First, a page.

A Fine Mingling
by Mary Pellegrino, CSJ -- LCWR Past-President
I know that the slow work of God about which Teilhard de Chardin wrote so eloquently really refers to the activity of grace or the glacier-like pace of evolution and human development. But if he had to extricate himself out of my office after 10 years of congregational leadership I’m pretty sure he’d include that in the lexicon of things that constitute the slow work of God. I know I do.
Although I’ve been anticipating this transition out of elected leadership for quite a while, I’ve only gotten serious about it since our chapter ended earlier this month. I’ve been spending time each day packing personal items, sorting books, purging files. I’ve filled the shredding bin twice, am on my way to filling the recycling one, have a box ready for the archives, and perhaps most importantly, a larger box filled with items for the motherhouse’s monthly prize bingo game. No one can accuse me of not doing my part for the care and well-being of my sisters.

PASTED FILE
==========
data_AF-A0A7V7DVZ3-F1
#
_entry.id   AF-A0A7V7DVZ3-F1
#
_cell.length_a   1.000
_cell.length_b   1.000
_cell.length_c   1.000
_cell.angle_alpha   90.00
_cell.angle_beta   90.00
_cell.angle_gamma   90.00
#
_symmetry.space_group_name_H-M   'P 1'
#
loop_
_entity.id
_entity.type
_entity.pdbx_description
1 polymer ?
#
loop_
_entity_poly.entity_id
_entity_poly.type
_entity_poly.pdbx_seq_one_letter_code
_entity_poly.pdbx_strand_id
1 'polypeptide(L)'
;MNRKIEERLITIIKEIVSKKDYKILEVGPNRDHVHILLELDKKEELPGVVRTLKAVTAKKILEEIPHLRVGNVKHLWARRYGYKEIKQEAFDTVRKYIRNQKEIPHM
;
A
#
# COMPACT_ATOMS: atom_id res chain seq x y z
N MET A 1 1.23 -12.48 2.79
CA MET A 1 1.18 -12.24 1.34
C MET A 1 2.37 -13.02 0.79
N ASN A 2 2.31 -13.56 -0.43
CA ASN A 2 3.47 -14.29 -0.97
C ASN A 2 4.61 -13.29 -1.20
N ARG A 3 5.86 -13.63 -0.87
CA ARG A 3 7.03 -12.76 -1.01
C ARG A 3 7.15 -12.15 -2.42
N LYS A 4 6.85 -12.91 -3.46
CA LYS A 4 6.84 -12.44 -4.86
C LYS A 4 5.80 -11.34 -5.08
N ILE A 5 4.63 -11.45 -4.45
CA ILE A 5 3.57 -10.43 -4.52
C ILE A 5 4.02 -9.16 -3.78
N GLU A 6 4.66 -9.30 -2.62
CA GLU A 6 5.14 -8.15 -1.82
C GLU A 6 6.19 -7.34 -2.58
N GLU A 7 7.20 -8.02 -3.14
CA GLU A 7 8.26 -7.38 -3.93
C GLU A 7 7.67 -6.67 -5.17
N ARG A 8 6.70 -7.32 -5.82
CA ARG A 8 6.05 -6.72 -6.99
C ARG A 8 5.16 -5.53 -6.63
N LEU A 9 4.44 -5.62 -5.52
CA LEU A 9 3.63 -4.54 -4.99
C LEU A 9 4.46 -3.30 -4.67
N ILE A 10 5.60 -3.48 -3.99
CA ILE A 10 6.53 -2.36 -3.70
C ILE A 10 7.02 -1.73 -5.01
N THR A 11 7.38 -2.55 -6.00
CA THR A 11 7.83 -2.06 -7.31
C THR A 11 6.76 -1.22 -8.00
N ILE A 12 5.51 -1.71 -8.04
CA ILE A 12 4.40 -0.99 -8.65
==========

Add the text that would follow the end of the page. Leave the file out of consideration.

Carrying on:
Today as I was quickly sorting through a basket of personal cards, letters, and notes, I came across one from a sister written a year or so ago when she was preparing to undergo a hip replacement. On the cover was a sentiment by Havelock Ellis, a British author, physician, and social reformer. It reads: “The art of living lies in a fine mingling of letting go and holding on.” (Continue reading by downloading the PDF of the newsletter below.)